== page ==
So the idea is these exosomes act as a breadcrumb trail?

Right. We’re currently working on understanding how cyclic AMP is released from these vesicles. One possibility is that these vesicles burst after they are secreted from the cells. Another possibility is that there could be regulated active transport of the cyclic AMP out of the exosomes. At this point, we’re not sure what’s happening, but we’re looking at these questions now.

RELAYING THE MESSAGE

You study other motile cells besides Dictyostelium…

When I first came to the NCI, I was determined to look at neutrophils because they behave similarly to Dictyostelium, but they’re much more complex cells. We were in a good position to apply what we know from the simpler system to ask what could be conserved or what we could investigate that would give us some insight. It was a lot of work to set up the system. Although some people were using neutrophils when I first started, they’re much more challenging to work with than Dictyostelium. But early on I chose to focus on the lessons we learned from the relay system in Dictyostelium and to try to apply them to neutrophils. Of course, neutrophil migration isn’t mediated by cyclic AMP, but neutrophils respond to many attractants that are synthesized cell-autonomously and by neighboring cells. When they detect an attractant, they will make additional attractants to amplify responses.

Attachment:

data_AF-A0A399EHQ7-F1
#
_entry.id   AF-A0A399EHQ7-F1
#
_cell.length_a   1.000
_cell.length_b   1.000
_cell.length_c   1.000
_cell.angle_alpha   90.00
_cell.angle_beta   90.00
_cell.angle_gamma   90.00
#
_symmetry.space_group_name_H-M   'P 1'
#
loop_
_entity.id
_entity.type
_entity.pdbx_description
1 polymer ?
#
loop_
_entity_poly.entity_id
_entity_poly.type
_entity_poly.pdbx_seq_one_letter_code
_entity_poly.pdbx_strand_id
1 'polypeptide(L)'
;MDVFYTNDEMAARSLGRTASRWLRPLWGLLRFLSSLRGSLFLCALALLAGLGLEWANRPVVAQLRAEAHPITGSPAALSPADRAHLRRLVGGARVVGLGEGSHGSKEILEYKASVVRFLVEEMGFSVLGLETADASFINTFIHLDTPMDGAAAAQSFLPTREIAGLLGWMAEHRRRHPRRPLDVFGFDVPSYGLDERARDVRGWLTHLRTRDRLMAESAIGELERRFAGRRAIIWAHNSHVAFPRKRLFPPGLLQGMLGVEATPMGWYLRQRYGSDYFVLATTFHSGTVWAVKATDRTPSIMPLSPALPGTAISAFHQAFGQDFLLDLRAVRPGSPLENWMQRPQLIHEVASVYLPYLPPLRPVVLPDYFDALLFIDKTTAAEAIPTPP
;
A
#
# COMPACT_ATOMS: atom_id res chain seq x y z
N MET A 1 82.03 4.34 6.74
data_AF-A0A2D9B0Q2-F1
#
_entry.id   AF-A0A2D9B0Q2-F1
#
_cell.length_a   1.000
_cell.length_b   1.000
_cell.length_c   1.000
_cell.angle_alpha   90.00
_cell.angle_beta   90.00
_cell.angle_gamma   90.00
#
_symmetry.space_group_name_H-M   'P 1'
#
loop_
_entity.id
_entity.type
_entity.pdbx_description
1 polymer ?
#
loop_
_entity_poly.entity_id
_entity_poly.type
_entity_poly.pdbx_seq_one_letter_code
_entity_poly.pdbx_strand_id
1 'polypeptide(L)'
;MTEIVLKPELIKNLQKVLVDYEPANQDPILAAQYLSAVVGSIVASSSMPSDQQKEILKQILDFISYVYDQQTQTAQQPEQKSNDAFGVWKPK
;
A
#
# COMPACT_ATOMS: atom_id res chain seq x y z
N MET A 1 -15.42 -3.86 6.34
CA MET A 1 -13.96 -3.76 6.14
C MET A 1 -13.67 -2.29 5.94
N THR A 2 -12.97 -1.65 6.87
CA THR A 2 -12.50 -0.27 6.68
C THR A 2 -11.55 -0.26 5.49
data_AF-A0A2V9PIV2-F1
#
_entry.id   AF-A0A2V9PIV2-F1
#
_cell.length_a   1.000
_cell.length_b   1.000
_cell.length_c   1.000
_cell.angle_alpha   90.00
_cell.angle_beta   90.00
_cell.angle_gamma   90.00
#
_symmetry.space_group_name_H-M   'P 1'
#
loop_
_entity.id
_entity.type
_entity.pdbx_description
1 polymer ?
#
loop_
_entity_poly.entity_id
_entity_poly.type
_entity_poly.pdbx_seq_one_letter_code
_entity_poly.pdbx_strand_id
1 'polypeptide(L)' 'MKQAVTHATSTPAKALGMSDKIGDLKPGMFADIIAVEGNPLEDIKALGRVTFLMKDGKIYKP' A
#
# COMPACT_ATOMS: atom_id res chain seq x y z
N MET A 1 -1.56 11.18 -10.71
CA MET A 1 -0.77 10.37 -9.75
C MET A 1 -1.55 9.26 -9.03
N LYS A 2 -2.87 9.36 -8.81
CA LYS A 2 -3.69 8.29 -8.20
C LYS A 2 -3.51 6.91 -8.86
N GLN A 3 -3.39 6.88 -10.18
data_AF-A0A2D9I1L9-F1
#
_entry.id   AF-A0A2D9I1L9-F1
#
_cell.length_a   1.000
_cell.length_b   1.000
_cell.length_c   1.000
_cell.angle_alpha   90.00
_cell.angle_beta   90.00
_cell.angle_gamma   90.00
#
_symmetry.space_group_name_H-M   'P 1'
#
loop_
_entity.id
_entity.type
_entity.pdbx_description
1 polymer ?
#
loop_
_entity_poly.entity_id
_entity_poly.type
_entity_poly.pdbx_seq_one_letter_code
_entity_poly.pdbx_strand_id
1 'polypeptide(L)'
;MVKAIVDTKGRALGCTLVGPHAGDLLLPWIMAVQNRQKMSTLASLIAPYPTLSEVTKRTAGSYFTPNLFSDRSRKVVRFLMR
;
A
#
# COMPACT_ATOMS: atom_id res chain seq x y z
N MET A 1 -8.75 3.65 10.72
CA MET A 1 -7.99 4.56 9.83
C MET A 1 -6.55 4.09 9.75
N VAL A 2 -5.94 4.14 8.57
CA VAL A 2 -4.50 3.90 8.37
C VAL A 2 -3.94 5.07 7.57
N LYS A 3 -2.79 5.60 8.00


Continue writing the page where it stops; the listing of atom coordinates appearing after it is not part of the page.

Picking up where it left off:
“When I first came to the NCI, I was determined to look at neutrophils.”

Very early on I picked the leukotriene B4 (LTB4) pathway to study in neutrophils, mainly because I was looking for a relay signal that could be generated very quickly and LTB4 fit the bill very well. Much like cyclic AMP, LTB4 is generated enzymatically, so it can be rapidly made available to these dynamic, fast-moving cells. We quickly realized that it works in a very similar fashion to cyclic AMP. It’s essential to amplify responses that are initiated by primary attractants; when neutrophils lose the ability to synthesize this secondary attractant, it dramatically inhibits the long-distance recruitment of neutrophils to an inflammation site. We’ve pursued this at the signal transduction level, and we found that there are particular pathways that are responsible for this. Now, much like we did in Dictyostelium, we want to go to the molecular level and look at the enzymes that make LTB4 to see if we can learn how this is regulated. Recently, we’ve also begun working on breast cancer metastasis to see if what we’ve learned from simpler systems can be applied to disease states.

What’s your life like outside the lab?

[Laughs] Well, I have two kids who keep me busy. My husband and I adopted one child from Vietnam in 2002 and another from China in 2008. I think my scientific career, combined with parenting two wonderful kids and having a very busy family life, completes me as a person.

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Author notes

Text and Interview by Caitlin Sedwick